Saturday, 2 January 2010

Octave Day of St. Stephen the Protomartyr

Today is the Octave Day of St. Stephen the Protomartyr. It is of simple rite. As on the feast the liturgical colour is red.

At Mattins there is one nocturn of three lessons. The invitatory is as on the feast Christum natum, qui beatum hodie coronavit Stephanum, Venite adoremus. The hymns at Mattins and Lauds are those for martyrs with the Doxlogy in honour of the Incarnation, but the antiphons and psalmody are from the Psalter for Saturday. The first and second lessons are from St. Paul's Epistle to the Romans, the third lesson proper to the feast. At Lauds the psalmody is ferial but the rest of the Office is as on the feast, the collect being proper to the Octave Day. At the Little Hours ferial psalmody is used. The hymns have the Doxology and melody in honour of the Incarnation.

Mass is as on the feast, Sederunt principes, but the collect is proper for the Octave Day, Omnipotens sempiterne Deus. The Gloria is sung, the second collect is of the BVM Deus, qui salutis, the third collect Ecclesiae for the Church or the collect for the pope. The preface of the Nativity is sung but the proper communicantes in the Canon is not said outside of the Octave of the Nativity.

Vespers are of the following feast of the Holy Name of Jesus without commemorations.

In the 'liturgical books of 1962' the Office is of the BVM on Saturday. At the Little Hours the Doxology of the hymns is however not changed in honour of the Incarnation. The Mass has the Gloria, one collect and preface of the BVM. Vespers will be the same as above.

Before the 1911-13 reform the octave days of the comites Christi were of double rank. The octaves of St. Thomas (in England), St. John the Evangelist and the Holy Innocents would have been commemorated in Lauds and Mass. The Mass was the same except the additional collects de tempore were omitted and the Creed was sung due to the commemoration of the octave of St. John.


Anonymous said...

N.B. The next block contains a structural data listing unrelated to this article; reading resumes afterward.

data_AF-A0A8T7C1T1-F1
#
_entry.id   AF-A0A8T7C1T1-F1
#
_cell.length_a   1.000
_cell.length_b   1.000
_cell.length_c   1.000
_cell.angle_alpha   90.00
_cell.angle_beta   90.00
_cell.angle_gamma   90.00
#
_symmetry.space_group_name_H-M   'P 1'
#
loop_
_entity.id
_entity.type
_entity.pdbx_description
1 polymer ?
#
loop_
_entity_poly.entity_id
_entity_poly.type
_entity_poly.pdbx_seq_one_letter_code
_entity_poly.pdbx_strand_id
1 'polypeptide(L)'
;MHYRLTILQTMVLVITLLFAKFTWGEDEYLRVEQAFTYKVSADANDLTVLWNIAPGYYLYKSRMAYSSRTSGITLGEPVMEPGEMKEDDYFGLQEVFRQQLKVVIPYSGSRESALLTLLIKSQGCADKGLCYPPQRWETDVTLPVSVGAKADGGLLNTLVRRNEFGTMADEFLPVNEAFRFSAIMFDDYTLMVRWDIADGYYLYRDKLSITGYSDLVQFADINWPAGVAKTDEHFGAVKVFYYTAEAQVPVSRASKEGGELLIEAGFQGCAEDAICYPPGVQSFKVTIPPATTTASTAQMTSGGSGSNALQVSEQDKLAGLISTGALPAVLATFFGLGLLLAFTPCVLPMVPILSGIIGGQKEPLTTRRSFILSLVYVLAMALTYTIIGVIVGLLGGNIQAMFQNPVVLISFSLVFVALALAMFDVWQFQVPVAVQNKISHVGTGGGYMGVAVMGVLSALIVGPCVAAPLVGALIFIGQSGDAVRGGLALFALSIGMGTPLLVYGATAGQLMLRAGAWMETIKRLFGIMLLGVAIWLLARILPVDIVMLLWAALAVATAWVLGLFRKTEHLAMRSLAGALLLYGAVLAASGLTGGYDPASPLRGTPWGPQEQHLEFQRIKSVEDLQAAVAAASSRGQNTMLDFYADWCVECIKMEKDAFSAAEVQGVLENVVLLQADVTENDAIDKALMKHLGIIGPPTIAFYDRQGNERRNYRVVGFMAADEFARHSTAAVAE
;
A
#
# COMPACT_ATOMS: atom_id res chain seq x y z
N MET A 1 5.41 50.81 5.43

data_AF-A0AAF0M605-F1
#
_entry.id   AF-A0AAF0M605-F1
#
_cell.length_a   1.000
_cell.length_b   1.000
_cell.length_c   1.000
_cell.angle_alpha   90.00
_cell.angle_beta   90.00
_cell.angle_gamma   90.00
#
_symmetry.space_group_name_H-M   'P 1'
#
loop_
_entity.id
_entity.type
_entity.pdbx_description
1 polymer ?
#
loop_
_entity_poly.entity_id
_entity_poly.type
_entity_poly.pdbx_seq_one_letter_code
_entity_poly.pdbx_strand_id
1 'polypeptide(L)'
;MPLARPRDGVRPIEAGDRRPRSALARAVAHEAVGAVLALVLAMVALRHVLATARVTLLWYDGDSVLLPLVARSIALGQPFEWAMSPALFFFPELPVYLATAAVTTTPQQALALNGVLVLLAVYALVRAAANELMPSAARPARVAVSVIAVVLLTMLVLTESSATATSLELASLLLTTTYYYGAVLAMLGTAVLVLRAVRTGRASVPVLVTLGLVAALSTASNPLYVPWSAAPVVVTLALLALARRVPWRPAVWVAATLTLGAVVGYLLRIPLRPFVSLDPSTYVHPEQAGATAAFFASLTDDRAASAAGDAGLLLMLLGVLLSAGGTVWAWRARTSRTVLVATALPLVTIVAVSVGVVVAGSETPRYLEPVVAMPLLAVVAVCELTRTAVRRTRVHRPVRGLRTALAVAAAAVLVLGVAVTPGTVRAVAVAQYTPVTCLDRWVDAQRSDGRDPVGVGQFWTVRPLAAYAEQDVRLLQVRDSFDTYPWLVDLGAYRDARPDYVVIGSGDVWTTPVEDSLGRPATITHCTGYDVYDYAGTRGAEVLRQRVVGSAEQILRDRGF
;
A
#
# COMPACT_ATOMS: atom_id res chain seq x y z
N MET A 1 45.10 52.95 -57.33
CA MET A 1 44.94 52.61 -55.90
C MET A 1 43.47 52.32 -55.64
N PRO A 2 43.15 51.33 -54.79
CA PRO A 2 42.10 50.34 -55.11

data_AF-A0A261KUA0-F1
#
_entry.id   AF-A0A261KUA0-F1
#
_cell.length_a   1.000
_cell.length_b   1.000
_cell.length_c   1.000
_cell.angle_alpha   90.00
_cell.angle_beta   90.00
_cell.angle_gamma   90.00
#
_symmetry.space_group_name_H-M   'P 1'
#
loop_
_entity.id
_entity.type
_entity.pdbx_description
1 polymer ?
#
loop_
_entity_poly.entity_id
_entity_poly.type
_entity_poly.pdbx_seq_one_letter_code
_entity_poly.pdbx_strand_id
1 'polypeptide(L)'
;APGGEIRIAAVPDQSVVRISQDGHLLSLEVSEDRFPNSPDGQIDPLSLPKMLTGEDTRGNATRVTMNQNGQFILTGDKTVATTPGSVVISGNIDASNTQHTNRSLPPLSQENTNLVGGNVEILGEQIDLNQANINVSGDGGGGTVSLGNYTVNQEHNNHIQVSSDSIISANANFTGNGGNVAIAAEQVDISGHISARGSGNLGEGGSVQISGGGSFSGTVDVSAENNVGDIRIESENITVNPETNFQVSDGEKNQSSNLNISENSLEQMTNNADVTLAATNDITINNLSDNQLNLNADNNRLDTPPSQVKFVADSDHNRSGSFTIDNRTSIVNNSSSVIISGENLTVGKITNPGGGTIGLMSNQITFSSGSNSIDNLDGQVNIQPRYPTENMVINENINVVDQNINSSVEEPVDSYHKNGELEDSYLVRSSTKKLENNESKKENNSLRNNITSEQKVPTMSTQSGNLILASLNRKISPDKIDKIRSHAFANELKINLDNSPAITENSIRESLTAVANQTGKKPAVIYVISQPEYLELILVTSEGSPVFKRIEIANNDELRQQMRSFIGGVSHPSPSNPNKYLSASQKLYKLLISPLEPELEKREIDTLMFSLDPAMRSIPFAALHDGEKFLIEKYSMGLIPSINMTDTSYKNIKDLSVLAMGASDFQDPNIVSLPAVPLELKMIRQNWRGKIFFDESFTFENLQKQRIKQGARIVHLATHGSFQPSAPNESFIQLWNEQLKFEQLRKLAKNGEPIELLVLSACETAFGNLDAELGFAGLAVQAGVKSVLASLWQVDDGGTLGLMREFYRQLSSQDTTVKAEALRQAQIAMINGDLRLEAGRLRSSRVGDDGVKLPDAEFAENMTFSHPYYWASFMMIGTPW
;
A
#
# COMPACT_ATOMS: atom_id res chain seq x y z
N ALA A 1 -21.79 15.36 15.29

I watched the early Mass from St Gertrude the Great this morning (7.30am their time) and whilst the priest said the Mass of the Octave of St Stephen (with second collect of Our Lady) he wore white vestments, can you shed any light on why this might be.
(+Dolan said a votive Mass of Our Lady in white afterwards)

Rubricarius said...

Private Votive Masses are not allowed under the old rules today.

How strange!

Xenophobic hobbledehoy said...


According to the 9th edition of Rev. Father Joseph Wuest's Matters Liturgical (New York: Frederick Pustet Company, 1956), "a private votive Mass or the daily Mass of Requiem may not be celebrated without chant on these days [i.e., 2 January to 5 January inclusive] even if the ferial Office is said (S.R.C.: March 23, 1955 Ad Tit. II, n. 14)" [Pt. VII, num. 474, e.]. The parenthetical reference is to the General Decree De rubricis ad simpliciorem formam of the Sacred Congregation of Rites [Cum nostra hac ætate, 23 March 1955] that abolished the Octave of St. Stephen [together with all other Octaves other than those of Christmas, Easter and Whitsun Day], making today a Feria, which enables the Office of St. Mary on Saturday to be said this day.

Andrew's query may be illumined by the same book, which says [ibid. b.], "The color proper to the ferial Office and Mass is white."

It is strange because the Most Rev. Bishop Dolan and his associates are notorious for their rejection of the liturgical reforms decreed by the Sacred Congregation of Rites in 1955.

Rubricarius said...

Xenophobic hobbledehoy,

I would get an older edition of Wuest's excellent little book if I were you.

The General Decree to which you refer was the second major step in dismantling the traditional liturgy and fruit of the Pian Commission.

Perhaps there is some peculiar indult in Cincinnati?